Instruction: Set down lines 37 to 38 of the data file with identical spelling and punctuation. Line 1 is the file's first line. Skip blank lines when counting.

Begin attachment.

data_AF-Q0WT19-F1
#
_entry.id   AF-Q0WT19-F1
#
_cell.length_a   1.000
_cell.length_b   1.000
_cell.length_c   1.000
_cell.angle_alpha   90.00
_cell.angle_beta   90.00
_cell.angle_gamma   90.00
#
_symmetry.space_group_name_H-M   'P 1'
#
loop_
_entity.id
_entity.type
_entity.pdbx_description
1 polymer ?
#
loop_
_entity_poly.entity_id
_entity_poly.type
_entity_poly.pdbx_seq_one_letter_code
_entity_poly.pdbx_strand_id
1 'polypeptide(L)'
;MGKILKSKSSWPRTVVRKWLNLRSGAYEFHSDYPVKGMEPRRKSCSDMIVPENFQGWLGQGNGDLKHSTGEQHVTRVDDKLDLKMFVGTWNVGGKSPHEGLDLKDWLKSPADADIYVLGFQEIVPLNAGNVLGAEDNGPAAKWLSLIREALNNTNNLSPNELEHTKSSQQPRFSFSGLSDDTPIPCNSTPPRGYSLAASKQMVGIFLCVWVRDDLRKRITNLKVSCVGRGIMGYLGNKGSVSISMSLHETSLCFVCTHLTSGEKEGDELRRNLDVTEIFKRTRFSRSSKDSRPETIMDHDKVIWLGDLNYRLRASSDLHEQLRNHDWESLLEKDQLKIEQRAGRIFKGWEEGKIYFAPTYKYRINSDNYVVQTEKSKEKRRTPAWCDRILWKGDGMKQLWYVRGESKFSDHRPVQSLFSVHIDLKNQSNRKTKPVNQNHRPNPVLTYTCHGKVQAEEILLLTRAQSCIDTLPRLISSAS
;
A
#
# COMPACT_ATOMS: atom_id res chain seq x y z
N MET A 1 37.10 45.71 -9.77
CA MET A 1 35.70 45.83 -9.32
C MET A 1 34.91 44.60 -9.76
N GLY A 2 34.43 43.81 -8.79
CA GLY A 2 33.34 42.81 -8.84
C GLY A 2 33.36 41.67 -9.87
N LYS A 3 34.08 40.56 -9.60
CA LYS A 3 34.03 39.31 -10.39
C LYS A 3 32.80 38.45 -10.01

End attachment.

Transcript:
N LYS A 3 34.08 40.56 -9.60
CA LYS A 3 34.03 39.31 -10.39